Your best practice is to have even airflow from eave intakes to ridge exhausts. If your building will have sidewall overhangs, you might as well take advantage of this. You COULD (as an alternative) utilize gable vents. Provided at least half of your gable venting is located in the upper half of the attic, you can get by with as little as 576 square inches of NFVA (Net Free Ventilation Area). To achieve this would require (3) three 20″ x 30″ gable vents in each endwall. This could prove unsightly, difficult to install and is unlikely to result in being less of an investment than ridge vents. NOTE: a 20″ x 30″ gable vent provides roughly 106 square inches of NFVA (not 20″ x 30″ for 600″).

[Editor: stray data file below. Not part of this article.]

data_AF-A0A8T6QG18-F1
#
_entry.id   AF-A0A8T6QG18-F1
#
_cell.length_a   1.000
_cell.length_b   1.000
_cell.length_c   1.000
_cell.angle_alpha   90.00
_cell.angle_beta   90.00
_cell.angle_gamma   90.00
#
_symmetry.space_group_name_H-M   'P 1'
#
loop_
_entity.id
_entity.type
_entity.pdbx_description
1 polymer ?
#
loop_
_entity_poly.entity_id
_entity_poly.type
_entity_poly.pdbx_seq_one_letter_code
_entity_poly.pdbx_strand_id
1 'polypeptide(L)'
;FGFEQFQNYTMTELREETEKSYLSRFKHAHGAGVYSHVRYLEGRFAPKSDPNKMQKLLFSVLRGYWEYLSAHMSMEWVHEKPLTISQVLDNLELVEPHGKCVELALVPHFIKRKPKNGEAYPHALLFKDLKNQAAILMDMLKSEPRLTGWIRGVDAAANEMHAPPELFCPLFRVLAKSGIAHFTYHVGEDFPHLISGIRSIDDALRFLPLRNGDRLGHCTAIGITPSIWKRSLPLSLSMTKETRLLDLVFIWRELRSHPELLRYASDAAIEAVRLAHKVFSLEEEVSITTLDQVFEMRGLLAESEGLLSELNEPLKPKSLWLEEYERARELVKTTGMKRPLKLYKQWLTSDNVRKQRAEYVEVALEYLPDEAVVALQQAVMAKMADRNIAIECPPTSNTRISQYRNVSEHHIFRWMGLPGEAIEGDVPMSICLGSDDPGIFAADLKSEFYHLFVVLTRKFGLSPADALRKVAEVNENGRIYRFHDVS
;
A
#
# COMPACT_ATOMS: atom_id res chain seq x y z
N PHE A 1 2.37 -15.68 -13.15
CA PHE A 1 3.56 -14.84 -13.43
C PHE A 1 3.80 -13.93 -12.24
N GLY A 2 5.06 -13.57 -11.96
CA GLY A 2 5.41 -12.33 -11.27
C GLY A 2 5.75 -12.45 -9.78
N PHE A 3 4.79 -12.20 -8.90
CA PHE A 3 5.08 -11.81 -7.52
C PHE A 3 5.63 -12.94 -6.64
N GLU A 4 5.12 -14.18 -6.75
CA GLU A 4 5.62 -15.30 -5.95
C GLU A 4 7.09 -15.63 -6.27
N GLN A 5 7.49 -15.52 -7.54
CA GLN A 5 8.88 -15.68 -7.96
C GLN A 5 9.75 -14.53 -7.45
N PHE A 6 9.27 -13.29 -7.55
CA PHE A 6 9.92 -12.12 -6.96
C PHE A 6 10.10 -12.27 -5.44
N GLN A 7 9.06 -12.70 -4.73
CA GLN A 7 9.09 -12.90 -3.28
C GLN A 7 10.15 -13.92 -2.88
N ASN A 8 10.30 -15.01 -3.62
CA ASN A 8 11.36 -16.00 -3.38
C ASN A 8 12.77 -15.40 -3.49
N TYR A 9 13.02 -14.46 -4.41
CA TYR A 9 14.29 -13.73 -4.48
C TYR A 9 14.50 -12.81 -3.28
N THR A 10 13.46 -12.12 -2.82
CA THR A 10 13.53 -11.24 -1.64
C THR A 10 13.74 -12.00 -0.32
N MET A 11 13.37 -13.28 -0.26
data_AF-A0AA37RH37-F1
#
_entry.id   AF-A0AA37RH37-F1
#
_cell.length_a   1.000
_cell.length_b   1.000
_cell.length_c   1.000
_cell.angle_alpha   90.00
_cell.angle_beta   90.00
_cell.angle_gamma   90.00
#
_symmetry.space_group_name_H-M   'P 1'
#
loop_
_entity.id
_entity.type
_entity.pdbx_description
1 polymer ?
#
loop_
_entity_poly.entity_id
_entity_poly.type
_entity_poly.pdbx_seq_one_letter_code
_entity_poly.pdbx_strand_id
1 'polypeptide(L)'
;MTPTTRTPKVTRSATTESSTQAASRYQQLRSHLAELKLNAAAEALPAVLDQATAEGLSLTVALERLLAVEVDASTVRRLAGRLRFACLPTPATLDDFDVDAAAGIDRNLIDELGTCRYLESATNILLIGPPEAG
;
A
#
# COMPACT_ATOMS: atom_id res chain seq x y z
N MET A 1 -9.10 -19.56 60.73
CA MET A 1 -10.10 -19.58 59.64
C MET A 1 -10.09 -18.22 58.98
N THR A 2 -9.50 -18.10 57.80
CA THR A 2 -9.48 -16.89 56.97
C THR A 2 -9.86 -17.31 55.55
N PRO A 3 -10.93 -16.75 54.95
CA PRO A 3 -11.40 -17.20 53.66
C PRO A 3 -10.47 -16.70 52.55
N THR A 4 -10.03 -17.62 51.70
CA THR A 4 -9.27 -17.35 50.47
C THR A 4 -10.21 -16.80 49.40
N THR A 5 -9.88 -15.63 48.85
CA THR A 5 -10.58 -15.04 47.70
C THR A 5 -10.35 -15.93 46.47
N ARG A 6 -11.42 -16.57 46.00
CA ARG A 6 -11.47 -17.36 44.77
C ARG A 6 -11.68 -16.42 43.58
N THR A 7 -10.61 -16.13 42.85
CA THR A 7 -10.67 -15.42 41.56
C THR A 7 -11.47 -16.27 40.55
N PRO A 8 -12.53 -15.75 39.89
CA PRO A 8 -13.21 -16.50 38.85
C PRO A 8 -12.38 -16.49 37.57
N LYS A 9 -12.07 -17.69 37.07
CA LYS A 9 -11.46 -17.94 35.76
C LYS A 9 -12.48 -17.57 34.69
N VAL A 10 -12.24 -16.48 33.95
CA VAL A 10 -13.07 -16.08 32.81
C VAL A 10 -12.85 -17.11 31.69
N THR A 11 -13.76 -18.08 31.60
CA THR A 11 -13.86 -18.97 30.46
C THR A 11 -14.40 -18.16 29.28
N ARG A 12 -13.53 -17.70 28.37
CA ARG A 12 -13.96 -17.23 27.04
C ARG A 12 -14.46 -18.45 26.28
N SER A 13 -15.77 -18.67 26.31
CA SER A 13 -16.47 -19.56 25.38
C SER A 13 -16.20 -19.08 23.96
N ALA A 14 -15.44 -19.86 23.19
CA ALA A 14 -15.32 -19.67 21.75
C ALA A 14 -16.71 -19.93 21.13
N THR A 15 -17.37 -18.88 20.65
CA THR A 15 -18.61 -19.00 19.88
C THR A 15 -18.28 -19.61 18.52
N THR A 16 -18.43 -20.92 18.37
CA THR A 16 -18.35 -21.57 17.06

Of course, me being me, I had to snoop our records to see if he had requested a quote from us – and indeed he had…..

In looking over your quote from us, you may also want to consider increasing your overhead door width from 14′ to 16 (or even 18′) as you cannot safely get two vehicles side-by-side through a 14 foot wide door. For sake of resale value, with a 14 foot door it will appraise as a single car garage, wider doors will nearly double your appraised value as it is a two-car garage then.